Workers’ Party chief, Low Thia Kiang, said that KPMG’s latest report on Aljunied-Hougang Town Council’s (AHTC) did not reveal more than what had already been set out in the Auditor-General’s report on 2015.
Mr Low said that the report seemed “inconclusive” to be amounted to criminal conduct if committed deliberately.
“The report seems to have a lot of answering (to do) despite the fact that they have deployed so much manpower; public money was used and eight months (was) spent (on it). And the town council also spent a lot of manpower in responding to their queries. The MPs were also interviewed to satisfy their questions. But the report unfortunately seems to be inconclusive in that sense,” he said.
KMPG had listed in its report, a total of around, $23.3 million worth of work orders were approved by town council members with a conflict of interest. It also listed work orders worth around $1.5 million that were gauged as improper payment which were also approved by the same town council members, and pointed that around $600,000 ought to be recovered.
Mr Low said on his point, “It is important to look into the definition of ‘improper’.”
He said, referring to a special audit by the Auditor-General’s Office that found major lapses in compliance and governance in AHTC, “To me, the report is simply more detailed than AGO’s report, in terms of the framework, and the kind of lapses they found are basically as the AGO’s but in more detail, yes, because they had spent a lot of time going through the records. It is a forensic audit.”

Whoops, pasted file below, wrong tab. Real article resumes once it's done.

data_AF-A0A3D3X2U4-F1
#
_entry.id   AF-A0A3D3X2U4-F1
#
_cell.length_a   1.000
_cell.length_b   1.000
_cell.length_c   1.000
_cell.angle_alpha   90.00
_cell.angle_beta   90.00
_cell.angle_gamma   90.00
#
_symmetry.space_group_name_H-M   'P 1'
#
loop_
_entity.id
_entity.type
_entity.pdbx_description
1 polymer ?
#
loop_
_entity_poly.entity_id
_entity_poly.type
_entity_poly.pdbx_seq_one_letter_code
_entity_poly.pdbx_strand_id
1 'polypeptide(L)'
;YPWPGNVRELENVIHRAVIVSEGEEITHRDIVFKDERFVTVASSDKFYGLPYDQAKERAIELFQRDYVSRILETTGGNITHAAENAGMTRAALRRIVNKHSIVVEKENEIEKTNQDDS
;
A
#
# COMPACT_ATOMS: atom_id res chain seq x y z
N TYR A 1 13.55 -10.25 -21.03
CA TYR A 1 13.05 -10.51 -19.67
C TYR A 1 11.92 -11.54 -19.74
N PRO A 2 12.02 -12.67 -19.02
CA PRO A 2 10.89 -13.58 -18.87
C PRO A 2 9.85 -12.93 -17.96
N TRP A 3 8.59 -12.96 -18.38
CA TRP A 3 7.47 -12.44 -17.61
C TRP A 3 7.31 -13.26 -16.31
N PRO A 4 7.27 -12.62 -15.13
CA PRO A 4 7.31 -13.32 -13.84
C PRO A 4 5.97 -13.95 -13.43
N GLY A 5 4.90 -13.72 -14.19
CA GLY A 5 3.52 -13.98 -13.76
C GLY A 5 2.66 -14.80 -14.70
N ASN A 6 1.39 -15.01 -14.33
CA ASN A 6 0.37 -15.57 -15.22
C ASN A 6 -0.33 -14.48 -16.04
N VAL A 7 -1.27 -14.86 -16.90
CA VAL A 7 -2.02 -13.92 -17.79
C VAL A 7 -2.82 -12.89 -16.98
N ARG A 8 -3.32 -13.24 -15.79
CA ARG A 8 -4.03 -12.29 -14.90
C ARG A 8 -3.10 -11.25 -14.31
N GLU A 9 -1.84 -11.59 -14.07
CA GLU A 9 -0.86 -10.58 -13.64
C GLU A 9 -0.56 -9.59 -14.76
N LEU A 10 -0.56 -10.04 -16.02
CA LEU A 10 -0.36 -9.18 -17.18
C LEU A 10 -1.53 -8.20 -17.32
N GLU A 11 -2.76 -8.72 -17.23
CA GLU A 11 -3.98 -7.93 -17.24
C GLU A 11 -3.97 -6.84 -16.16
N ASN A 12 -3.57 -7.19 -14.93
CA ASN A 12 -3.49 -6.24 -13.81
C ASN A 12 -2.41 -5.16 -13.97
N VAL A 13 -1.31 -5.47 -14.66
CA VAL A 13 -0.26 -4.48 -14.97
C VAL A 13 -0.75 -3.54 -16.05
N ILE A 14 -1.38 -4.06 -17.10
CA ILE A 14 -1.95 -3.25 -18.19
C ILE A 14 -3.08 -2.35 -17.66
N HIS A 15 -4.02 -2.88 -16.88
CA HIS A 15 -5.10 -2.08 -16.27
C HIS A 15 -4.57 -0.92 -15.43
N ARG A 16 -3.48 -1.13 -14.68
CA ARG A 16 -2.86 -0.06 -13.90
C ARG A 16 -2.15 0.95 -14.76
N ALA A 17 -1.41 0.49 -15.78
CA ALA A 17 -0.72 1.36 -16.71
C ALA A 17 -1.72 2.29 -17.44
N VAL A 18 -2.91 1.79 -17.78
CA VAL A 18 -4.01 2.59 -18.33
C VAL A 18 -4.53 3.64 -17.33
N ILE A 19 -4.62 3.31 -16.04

Mr Low emphasised that the report had not found any conflict of interest in the MPs and town councillors’ relationship with the managing agent and contractors.
He said, “The report has not said anything about conflict of interest between the MPs, town councilors, staff and the managing agent that we appointed, or any contractors (that) were working for the town council,”
“This comes after KPMG had looked into the personal particulars of the MPs, town councilors, some key staff members, as well as their parents, spouses and siblings,” he added.
Mr Low also stressed that the report found no fictitious, fraudulent, or duplicate payments. This was similiar to what was said in its party statement that despite conducting biomial statistical sampling approach, no duplicate or fictitious payments were found.
AHTC had earlier issued its statement on KPMG report, which flagged major lapses in governance and compliance at the town council, that highlighted improper payments made by Aljunied-Hougang-Punggol-East Town Council (AHPETC) to individuals who were in conflict of interest.
The town council notes that the S$60 million direct payment journal entries highlighted in the July monthly report on progress, which had caused undue public alarm, has been addressed in this payment report.
However, AHTC pointed out that while some payments have been deemed to be made improperly by KPMG, the payments do not appear to have an effect on the legitimacy of the underlying payments, hence, may not necessarily be recoverable.